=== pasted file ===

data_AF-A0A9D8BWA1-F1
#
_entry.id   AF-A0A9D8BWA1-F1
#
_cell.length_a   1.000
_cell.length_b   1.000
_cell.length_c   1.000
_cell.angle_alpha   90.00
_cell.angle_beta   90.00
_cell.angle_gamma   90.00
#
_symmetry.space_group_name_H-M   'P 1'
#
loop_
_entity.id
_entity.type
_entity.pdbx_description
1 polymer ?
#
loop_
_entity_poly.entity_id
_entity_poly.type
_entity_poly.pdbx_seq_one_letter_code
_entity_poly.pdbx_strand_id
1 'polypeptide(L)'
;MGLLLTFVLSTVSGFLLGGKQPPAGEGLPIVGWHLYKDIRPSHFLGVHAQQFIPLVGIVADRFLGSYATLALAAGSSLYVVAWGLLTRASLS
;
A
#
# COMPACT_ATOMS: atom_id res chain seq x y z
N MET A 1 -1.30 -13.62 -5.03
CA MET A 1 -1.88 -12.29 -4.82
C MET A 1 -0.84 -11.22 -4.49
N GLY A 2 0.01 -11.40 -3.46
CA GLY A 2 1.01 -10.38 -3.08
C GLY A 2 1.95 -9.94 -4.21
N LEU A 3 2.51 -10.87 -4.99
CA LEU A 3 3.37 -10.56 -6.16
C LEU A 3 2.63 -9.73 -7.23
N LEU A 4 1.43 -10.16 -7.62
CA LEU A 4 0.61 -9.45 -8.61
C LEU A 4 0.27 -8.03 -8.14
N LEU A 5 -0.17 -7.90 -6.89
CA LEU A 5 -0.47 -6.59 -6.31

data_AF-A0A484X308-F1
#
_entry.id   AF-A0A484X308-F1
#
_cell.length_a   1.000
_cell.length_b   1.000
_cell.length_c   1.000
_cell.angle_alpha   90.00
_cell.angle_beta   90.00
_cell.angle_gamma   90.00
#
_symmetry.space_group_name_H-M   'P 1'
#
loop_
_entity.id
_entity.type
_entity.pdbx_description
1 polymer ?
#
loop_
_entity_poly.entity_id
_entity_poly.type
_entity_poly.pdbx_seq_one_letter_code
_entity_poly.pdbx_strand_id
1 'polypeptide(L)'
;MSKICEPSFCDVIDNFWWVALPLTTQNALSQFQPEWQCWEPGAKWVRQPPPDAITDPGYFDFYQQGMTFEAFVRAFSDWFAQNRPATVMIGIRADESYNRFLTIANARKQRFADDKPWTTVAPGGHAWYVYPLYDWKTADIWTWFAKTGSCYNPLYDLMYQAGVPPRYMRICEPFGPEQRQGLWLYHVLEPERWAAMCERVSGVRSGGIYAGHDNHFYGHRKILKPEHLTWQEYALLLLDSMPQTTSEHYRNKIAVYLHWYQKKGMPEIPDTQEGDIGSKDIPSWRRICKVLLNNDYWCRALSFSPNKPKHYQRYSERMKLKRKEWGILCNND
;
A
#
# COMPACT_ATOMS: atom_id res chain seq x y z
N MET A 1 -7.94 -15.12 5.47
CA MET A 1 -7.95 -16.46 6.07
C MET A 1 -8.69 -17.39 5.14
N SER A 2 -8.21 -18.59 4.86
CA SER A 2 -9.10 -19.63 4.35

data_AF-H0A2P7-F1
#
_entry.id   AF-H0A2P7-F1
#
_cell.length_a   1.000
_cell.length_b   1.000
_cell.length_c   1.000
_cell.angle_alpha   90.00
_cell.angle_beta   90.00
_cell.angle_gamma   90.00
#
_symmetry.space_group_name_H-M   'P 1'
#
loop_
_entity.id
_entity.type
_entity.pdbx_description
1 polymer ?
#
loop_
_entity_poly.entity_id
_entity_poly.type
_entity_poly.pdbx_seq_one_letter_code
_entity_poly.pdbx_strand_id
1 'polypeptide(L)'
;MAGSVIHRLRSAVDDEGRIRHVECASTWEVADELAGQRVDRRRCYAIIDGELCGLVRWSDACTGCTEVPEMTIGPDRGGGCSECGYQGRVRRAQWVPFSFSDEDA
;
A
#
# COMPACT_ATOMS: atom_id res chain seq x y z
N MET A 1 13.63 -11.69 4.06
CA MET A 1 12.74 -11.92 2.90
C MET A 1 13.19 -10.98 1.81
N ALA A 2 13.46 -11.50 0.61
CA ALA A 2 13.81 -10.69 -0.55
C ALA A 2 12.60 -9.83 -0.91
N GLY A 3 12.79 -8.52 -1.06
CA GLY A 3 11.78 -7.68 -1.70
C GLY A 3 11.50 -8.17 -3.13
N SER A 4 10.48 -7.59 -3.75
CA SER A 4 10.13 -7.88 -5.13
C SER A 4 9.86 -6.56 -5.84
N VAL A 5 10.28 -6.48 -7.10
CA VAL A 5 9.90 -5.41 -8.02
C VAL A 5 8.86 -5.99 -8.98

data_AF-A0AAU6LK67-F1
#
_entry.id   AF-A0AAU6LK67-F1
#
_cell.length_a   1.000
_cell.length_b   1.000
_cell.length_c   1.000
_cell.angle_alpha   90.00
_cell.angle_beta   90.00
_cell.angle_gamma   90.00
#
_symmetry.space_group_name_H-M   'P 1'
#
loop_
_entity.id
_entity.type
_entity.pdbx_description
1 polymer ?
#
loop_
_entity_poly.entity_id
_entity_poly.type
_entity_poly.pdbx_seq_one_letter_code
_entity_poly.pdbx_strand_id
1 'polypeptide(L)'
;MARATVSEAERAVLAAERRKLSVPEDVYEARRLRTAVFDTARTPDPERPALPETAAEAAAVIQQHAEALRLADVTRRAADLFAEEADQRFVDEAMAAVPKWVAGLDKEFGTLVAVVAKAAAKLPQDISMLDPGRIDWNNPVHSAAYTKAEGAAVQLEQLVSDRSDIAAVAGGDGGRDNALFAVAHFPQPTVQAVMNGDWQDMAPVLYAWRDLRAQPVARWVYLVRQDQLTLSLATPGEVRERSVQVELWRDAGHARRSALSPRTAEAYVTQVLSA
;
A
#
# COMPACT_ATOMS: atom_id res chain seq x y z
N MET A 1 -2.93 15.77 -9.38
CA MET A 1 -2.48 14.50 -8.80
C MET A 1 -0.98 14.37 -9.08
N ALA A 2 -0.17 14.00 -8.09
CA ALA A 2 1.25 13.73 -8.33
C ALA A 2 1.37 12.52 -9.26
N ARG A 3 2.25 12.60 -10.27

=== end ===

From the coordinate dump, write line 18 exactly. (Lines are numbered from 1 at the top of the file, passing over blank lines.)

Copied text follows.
1 polymer ?